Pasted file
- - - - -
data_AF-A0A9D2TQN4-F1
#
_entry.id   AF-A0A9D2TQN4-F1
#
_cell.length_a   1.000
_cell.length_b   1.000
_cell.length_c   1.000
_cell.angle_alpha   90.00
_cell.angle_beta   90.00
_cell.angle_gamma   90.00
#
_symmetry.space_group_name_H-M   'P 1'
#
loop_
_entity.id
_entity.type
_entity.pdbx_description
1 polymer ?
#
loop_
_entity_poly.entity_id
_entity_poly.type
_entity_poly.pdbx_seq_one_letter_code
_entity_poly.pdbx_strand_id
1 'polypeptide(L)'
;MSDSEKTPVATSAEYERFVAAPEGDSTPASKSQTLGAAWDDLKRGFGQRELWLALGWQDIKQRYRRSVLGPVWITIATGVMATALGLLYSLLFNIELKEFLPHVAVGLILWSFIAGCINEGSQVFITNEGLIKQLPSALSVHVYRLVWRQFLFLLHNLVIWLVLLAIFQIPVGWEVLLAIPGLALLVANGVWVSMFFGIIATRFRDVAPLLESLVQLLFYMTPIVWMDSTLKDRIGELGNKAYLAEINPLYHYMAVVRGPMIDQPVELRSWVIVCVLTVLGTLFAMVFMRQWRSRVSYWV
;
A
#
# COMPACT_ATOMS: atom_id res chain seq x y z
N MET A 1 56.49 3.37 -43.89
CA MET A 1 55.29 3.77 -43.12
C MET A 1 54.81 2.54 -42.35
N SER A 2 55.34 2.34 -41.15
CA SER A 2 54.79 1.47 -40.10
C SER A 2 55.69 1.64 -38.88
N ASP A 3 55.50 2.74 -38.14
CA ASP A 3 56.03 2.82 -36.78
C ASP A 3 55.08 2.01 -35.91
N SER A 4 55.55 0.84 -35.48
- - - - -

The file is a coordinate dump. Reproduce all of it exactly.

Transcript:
data_AF-A0A9D2TQN4-F1
#
_entry.id   AF-A0A9D2TQN4-F1
#
_cell.length_a   1.000
_cell.length_b   1.000
_cell.length_c   1.000
_cell.angle_alpha   90.00
_cell.angle_beta   90.00
_cell.angle_gamma   90.00
#
_symmetry.space_group_name_H-M   'P 1'
#
loop_
_entity.id
_entity.type
_entity.pdbx_description
1 polymer ?
#
loop_
_entity_poly.entity_id
_entity_poly.type
_entity_poly.pdbx_seq_one_letter_code
_entity_poly.pdbx_strand_id
1 'polypeptide(L)'
;MSDSEKTPVATSAEYERFVAAPEGDSTPASKSQTLGAAWDDLKRGFGQRELWLALGWQDIKQRYRRSVLGPVWITIATGVMATALGLLYSLLFNIELKEFLPHVAVGLILWSFIAGCINEGSQVFITNEGLIKQLPSALSVHVYRLVWRQFLFLLHNLVIWLVLLAIFQIPVGWEVLLAIPGLALLVANGVWVSMFFGIIATRFRDVAPLLESLVQLLFYMTPIVWMDSTLKDRIGELGNKAYLAEINPLYHYMAVVRGPMIDQPVELRSWVIVCVLTVLGTLFAMVFMRQWRSRVSYWV
;
A
#
# COMPACT_ATOMS: atom_id res chain seq x y z
N MET A 1 56.49 3.37 -43.89
CA MET A 1 55.29 3.77 -43.12
C MET A 1 54.81 2.54 -42.35
N SER A 2 55.34 2.34 -41.15
CA SER A 2 54.79 1.47 -40.10
C SER A 2 55.69 1.64 -38.88
N ASP A 3 55.50 2.74 -38.14
CA ASP A 3 56.03 2.82 -36.78
C ASP A 3 55.08 2.01 -35.91
N SER A 4 55.55 0.84 -35.48